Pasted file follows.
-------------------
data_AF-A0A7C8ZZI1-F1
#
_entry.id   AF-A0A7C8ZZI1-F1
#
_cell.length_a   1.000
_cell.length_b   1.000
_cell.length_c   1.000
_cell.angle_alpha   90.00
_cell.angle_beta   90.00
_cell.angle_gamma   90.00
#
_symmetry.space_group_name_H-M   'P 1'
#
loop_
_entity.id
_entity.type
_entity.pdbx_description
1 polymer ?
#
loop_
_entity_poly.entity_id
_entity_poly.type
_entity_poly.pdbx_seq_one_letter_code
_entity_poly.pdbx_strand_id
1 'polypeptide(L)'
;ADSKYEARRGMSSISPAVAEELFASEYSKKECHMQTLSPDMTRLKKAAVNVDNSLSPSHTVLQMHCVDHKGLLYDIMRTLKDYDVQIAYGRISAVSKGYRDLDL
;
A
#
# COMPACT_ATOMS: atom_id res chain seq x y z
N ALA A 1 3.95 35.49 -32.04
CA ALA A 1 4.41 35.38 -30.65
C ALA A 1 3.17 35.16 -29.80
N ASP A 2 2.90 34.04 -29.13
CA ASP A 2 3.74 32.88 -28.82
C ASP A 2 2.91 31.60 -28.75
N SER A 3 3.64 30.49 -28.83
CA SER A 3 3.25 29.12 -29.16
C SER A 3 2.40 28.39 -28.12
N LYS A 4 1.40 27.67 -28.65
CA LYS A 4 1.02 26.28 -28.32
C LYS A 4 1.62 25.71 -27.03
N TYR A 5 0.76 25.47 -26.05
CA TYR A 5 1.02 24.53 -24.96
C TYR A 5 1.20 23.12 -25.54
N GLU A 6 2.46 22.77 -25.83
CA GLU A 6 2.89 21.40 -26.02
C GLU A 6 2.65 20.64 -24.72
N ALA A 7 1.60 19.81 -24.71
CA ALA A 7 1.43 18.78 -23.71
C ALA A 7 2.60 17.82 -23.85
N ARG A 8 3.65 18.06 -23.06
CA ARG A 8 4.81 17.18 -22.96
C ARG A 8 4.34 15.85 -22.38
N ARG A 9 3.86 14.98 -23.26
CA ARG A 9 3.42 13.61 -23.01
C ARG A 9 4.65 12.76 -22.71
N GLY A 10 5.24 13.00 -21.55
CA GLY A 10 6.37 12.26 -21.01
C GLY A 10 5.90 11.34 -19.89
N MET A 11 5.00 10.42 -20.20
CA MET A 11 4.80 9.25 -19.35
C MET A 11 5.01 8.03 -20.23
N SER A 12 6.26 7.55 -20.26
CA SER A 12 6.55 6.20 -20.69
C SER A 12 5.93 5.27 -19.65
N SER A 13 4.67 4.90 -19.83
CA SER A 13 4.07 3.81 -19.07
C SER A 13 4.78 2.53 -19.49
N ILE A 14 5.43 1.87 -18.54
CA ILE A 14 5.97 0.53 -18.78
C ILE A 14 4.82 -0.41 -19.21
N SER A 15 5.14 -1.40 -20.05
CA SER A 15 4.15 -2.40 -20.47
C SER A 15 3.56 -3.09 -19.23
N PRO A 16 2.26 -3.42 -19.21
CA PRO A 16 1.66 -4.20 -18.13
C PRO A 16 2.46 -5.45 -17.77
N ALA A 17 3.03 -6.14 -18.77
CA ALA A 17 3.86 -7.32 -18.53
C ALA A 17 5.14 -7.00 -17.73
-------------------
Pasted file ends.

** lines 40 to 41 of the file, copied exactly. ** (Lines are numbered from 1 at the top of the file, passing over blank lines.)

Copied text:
N LYS A 4 1.40 27.67 -28.65
CA LYS A 4 1.02 26.28 -28.32